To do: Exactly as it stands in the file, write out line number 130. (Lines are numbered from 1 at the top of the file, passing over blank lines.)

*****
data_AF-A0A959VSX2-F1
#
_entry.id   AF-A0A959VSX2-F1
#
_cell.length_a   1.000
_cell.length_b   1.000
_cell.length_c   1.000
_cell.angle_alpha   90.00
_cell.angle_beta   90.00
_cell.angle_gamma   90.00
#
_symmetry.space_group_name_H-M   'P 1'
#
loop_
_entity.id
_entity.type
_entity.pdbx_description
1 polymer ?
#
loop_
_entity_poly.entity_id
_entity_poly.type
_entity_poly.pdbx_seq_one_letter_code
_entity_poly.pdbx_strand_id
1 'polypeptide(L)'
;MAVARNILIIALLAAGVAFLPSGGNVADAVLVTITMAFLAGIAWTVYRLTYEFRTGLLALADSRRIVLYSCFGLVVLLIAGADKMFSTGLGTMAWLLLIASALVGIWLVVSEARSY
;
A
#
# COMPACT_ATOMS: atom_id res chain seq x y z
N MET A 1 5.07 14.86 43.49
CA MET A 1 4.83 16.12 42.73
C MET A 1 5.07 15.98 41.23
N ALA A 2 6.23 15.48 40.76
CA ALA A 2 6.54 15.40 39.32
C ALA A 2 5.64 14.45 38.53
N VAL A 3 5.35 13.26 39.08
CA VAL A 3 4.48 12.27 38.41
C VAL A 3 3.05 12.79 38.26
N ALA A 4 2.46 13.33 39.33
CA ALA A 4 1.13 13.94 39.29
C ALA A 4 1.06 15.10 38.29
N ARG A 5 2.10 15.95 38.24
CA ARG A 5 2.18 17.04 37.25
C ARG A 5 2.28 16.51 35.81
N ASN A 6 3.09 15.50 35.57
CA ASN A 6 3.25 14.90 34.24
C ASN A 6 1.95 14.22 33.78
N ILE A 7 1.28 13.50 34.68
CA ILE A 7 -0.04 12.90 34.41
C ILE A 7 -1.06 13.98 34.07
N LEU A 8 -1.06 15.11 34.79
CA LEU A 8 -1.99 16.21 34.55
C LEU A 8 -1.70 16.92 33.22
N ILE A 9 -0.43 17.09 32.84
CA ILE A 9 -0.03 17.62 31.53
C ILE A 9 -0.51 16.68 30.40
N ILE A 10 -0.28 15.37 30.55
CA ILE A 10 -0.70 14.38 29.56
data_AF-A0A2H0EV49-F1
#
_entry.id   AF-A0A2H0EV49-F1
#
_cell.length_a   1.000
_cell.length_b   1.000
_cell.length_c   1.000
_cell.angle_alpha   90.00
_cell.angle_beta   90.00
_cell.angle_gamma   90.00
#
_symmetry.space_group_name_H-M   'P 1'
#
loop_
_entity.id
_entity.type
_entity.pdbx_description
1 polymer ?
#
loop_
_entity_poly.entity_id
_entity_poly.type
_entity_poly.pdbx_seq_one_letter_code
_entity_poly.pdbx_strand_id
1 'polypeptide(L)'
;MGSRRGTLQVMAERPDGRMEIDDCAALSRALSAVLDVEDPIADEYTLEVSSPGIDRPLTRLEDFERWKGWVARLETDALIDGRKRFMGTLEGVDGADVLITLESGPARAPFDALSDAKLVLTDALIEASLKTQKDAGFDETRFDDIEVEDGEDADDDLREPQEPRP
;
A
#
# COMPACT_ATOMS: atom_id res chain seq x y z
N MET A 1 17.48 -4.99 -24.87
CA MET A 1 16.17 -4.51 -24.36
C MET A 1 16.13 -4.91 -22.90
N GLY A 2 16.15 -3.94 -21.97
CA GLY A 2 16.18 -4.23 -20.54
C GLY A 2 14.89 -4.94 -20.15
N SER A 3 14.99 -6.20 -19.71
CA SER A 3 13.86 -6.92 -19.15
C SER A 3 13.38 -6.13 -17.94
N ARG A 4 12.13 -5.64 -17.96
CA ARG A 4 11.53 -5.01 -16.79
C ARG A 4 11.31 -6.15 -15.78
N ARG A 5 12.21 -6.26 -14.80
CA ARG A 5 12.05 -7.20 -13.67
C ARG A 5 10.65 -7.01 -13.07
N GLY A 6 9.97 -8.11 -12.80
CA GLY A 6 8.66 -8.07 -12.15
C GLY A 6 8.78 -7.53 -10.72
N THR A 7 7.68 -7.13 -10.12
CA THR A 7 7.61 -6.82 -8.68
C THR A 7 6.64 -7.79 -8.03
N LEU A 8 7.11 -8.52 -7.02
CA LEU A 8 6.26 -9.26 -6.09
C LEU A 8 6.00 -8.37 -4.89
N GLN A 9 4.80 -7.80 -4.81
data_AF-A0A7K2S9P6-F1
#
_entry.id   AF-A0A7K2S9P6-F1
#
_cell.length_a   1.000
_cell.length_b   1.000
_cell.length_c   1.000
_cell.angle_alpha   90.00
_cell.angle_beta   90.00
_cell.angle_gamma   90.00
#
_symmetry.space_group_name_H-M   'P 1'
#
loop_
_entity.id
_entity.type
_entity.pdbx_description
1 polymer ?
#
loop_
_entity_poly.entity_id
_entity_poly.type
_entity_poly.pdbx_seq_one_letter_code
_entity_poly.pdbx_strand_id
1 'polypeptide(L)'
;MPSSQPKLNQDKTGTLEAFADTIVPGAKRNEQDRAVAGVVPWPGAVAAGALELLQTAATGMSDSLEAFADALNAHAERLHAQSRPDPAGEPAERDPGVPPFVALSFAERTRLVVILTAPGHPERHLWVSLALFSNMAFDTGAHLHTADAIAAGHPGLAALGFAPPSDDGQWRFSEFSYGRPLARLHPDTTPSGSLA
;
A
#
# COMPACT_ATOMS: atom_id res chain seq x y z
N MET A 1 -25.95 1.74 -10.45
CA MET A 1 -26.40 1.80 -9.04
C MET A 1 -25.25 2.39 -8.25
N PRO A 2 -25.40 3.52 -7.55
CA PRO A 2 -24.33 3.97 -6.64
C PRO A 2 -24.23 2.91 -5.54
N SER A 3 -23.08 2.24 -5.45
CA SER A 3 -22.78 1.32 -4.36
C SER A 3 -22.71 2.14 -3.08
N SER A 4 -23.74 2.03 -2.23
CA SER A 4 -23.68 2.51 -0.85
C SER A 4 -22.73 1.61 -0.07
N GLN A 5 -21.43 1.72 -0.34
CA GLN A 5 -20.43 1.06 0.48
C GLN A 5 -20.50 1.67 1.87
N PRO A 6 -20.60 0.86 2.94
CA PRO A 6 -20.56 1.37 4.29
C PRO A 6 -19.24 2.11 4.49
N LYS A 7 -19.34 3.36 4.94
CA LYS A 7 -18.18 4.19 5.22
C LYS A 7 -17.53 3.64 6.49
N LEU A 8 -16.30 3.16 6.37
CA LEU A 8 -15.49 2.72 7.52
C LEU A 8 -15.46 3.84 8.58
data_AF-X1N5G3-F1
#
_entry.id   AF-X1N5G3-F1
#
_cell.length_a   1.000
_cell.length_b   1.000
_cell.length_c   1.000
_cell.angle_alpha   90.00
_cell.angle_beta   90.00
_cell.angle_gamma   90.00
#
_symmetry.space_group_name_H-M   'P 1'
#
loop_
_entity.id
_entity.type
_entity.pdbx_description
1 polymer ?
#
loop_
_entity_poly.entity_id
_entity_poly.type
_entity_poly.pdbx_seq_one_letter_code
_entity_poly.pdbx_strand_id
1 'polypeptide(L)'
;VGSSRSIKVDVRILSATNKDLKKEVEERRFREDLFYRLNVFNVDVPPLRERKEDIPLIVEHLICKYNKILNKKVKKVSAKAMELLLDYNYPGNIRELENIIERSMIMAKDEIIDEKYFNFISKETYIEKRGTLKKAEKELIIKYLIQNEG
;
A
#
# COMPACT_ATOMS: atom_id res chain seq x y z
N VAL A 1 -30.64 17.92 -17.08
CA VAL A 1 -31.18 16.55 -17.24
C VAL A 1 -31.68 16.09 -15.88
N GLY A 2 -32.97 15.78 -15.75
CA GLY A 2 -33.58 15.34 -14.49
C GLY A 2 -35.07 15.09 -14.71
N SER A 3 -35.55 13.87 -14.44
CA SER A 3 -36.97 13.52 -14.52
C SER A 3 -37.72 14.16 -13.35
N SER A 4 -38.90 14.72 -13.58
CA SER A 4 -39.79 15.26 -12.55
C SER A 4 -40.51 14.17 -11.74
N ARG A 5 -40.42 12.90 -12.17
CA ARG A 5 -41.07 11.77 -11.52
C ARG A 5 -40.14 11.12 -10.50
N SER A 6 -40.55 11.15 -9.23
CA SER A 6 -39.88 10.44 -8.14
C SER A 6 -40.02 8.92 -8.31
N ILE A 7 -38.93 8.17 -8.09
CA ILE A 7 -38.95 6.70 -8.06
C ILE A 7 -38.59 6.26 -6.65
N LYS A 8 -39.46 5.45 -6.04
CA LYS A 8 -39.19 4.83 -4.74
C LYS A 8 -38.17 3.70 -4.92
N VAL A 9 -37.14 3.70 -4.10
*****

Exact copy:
_entity.type